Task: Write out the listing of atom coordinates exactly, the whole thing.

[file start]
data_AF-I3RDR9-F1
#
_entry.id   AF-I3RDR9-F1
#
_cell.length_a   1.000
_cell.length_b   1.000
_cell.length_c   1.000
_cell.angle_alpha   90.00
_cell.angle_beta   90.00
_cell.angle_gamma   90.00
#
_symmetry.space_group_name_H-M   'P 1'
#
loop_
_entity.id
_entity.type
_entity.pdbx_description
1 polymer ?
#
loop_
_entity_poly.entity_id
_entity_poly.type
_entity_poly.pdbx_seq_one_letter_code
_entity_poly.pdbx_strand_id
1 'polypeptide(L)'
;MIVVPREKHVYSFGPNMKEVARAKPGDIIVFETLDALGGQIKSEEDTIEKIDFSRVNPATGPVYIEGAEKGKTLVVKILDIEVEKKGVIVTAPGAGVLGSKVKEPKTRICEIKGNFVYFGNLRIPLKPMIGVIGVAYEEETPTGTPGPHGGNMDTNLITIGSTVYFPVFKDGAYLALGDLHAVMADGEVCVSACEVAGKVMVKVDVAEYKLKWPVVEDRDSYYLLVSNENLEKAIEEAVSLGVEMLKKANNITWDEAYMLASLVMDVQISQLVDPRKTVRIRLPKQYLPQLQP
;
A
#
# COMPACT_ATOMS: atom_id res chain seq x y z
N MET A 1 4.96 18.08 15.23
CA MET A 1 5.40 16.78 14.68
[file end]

data_AF-I3RDR9-F1
#
_entry.id   AF-I3RDR9-F1
#
_cell.length_a   1.000
_cell.length_b   1.000
_cell.length_c   1.000
_cell.angle_alpha   90.00
_cell.angle_beta   90.00
_cell.angle_gamma   90.00
#
_symmetry.space_group_name_H-M   'P 1'
#
loop_
_entity.id
_entity.type
_entity.pdbx_description
1 polymer ?
#
loop_
_entity_poly.entity_id
_entity_poly.type
_entity_poly.pdbx_seq_one_letter_code
_entity_poly.pdbx_strand_id
1 'polypeptide(L)'
;MIVVPREKHVYSFGPNMKEVARAKPGDIIVFETLDALGGQIKSEEDTIEKIDFSRVNPATGPVYIEGAEKGKTLVVKILDIEVEKKGVIVTAPGAGVLGSKVKEPKTRICEIKGNFVYFGNLRIPLKPMIGVIGVAYEEETPTGTPGPHGGNMDTNLITIGSTVYFPVFKDGAYLALGDLHAVMADGEVCVSACEVAGKVMVKVDVAEYKLKWPVVEDRDSYYLLVSNENLEKAIEEAVSLGVEMLKKANNITWDEAYMLASLVMDVQISQLVDPRKTVRIRLPKQYLPQLQP
;
A
#
# COMPACT_ATOMS: atom_id res chain seq x y z
N MET A 1 4.96 18.08 15.23
CA MET A 1 5.40 16.78 14.68